An EESC visit to Poland finds the country increasingly divided and its civil society hampered in the exercise of fundamental freedoms
On 5 December, the European Economic and Social Committee's (EESC's) Group on Fundamental Rights and the Rule of Law (FRRL) held a public hearing in Warsaw in which a large number of Polish civil society representatives participated, including social partners.
The aim was to discuss freedom of association and assembly in Poland and the way this has evolved, as well as exploring best practice and the outlook for the future.
The hearing, held as part of an exploratory visit to Poland by a delegation from the FRRL Group, revealed early warning signs of polarisation in Polish society, with people encountering more and more difficulties in enjoying their fundamental rights. Furthermore, the shrinking space for civil society organisations (CSOs) is making it increasingly difficult for the latter to carry out their important work of signalling potential flaws in national legislation and policies.
The event was opened by the FRRL president, Mr José Antonio Moreno Díaz. Speakers at the hearing - in addition to many from Poland itself - included Prof Morten Kjærum, Director of the Raoul Wallenberg Institute of Human Rights and Humanitarian Law in Sweden, and Mr Marek Prawda, head of the EC Representation Office in Poland.
The speakers warned that freedom of association and freedom of assembly in Poland were being hampered by newly introduced legislation. There had been a general backslide in the rule of law, with the governing majority trying to change the foundations of the state without changing the constitution.
In Poland, we are moving from the rule of law, towards "rule by law" in order to secure the power of the government,said one of the speakers.
As for freedom of association, CSOs were feeling the pressure due to changes in the distribution of public funds. Legislation which provided for centralised distribution by an institute which came under the Prime Minister's Office risked having a negative impact on CSOs' ability to criticise government policies, and thus on their independence.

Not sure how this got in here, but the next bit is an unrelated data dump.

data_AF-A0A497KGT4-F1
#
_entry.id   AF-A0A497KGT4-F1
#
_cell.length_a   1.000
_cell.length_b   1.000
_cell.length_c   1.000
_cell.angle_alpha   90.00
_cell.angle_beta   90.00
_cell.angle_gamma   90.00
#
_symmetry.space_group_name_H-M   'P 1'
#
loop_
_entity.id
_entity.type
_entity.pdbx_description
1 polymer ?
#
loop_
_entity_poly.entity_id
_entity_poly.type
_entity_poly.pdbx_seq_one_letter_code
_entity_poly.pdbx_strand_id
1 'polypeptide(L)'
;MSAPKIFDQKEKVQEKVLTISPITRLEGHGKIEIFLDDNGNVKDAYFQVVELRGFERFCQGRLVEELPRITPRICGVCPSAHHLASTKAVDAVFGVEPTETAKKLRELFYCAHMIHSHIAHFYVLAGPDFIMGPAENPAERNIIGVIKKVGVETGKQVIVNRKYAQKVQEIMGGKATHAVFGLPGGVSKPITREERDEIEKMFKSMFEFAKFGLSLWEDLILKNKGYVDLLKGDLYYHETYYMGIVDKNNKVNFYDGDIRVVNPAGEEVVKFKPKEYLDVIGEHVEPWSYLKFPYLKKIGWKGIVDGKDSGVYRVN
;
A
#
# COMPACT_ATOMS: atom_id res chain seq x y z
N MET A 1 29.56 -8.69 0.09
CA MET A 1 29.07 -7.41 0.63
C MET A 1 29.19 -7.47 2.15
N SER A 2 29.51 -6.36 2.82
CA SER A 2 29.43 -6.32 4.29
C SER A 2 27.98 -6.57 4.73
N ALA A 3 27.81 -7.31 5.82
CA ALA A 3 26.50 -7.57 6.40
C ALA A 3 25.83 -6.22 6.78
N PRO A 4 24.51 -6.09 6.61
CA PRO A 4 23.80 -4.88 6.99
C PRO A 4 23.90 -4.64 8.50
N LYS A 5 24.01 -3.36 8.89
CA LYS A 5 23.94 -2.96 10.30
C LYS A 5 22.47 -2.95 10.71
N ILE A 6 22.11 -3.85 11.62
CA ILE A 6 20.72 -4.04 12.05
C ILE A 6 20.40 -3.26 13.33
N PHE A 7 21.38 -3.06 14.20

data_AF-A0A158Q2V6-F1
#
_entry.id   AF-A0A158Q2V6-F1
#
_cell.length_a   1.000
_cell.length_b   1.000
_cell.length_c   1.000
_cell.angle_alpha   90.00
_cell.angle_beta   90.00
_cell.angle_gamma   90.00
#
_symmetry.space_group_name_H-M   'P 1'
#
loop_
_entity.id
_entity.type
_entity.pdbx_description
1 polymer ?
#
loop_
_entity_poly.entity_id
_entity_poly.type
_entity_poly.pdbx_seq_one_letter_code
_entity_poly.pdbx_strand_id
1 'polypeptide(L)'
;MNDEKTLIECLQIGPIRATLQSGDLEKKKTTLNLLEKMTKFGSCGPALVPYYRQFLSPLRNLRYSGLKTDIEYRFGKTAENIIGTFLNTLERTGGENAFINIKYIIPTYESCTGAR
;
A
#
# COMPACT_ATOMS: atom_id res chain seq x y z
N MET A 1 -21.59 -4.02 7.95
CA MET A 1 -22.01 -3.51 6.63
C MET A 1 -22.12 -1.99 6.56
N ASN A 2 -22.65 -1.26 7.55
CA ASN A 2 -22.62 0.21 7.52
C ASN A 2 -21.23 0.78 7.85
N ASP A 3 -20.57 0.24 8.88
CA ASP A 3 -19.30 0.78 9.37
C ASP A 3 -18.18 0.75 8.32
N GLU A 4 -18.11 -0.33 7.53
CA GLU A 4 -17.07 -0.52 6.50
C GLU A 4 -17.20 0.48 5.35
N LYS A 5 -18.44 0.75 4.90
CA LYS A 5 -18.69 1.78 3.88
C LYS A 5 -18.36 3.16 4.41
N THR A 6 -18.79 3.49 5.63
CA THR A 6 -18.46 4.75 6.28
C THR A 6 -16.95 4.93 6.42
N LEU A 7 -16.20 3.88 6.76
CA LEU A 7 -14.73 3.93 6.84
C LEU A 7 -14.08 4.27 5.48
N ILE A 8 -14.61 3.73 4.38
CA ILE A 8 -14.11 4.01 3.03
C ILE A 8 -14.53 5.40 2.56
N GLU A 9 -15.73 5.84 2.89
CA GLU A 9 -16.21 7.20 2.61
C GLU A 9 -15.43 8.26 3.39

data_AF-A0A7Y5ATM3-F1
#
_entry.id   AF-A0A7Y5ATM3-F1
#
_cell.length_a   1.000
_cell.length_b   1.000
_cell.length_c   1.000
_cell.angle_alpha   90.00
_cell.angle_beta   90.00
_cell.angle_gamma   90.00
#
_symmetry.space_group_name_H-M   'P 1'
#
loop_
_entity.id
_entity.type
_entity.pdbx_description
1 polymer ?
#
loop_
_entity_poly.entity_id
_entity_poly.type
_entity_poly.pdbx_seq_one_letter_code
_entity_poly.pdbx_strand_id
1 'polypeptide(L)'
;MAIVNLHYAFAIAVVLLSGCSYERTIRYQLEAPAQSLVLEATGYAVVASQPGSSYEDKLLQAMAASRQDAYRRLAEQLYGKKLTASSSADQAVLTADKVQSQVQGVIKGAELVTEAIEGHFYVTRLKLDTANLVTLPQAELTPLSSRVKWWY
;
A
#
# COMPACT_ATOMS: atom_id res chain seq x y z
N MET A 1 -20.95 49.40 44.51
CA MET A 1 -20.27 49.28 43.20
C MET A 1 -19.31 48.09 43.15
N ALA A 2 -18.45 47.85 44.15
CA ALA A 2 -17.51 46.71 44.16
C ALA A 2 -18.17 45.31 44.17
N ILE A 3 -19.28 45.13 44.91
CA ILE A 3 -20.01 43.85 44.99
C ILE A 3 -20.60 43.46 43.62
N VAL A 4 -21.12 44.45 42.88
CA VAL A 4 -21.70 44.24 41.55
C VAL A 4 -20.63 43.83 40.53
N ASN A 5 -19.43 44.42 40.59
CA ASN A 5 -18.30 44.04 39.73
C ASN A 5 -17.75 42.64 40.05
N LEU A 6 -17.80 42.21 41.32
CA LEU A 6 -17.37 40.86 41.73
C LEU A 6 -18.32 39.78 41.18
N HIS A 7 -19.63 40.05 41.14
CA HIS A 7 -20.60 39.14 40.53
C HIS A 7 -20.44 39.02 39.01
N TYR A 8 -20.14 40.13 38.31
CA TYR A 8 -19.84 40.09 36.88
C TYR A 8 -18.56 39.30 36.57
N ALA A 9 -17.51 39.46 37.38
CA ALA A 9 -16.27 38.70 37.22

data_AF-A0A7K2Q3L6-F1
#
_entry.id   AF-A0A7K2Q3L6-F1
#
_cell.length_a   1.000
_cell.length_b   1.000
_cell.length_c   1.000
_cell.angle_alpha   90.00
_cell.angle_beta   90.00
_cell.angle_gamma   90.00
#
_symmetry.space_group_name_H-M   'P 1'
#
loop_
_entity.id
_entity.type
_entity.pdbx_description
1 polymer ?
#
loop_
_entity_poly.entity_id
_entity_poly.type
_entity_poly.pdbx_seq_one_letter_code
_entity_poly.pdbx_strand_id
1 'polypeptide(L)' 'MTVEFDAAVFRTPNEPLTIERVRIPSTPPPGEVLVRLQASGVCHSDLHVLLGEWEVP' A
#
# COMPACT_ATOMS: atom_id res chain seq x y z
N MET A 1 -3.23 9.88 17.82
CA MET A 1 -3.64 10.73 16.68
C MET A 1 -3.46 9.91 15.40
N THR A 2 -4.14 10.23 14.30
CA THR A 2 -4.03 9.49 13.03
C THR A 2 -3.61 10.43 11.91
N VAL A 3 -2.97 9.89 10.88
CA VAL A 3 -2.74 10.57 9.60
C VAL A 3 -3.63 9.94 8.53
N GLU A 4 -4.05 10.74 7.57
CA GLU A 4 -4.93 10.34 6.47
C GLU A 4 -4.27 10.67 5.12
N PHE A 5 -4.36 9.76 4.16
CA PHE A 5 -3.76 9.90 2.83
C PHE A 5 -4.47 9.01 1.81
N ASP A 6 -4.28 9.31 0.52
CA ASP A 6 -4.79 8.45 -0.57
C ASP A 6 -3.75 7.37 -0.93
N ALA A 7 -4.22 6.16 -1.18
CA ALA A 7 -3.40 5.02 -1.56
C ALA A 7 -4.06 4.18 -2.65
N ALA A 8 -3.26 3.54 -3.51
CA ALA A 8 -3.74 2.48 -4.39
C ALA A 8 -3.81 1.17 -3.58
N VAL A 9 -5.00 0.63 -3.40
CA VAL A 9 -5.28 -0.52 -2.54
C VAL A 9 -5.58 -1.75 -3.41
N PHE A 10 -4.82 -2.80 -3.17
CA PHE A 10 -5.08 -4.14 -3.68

Most speakers agreed that there was a strong and positive tradition in Poland for protests, but now freedom of assembly was being curbed under the new Law on Assemblies, which favoured certain types of assemblies over others. Trade unions were complaining that it was now "next to impossible" to strike legally in Poland, although the constitution did allow it. In this context, trade unions in Poland were playing an important role in the civil society landscape.
Another problem raised by some speakers was the ongoing process of polarisation in the country, both within society as such and within civil society itself.
The polarisation that exists in Polish society is dangerous for our freedoms, as it curbs public debate and limits those freedoms even more than a terrorist threat,explained Mr Prawda.
Views and ideas presented by certain groups of people are automatically rejected by others who think differently
However, it was pointed out that this process was a global one, and Poland was by far not the only country where polarisation existed. All the social organisations, including the new social movements, informal groups, grassroots initiatives and others active in Poland were proof that
we can find hope in Poland, said one of the speakers.
Prof Kjærum noted that 2018 was the 13th consecutive year marking a decline in human freedoms in the world. He suggested that the EU seriously consider setting up a mechanism or platform for civil society protection in order to foster constructive dialogue, with Member States acting jointly to create a safe space.
Former EESC President, Mr Georges Dassis, closed the event, emphasising the importance the Committee attached to the preservation of fundamental freedoms.
Fighting for fundamental freedoms is a permanent struggle by all citizens, whether we live in Poland, Greece, Portugal or Malta, Mr Dassis said.
He recalled that, as was already known in ancient Athens, a strong democracy had to allow its citizens to speak critically about its rule.
All countries in Europe must feel strong enough to finance associations, even if they are critical of the government, because it is thanks to this criticism that governments follow democratic rules. Without the struggle for the respect of fundamental freedoms, there will be no hope for a united Europe, concluded Mr Dassis.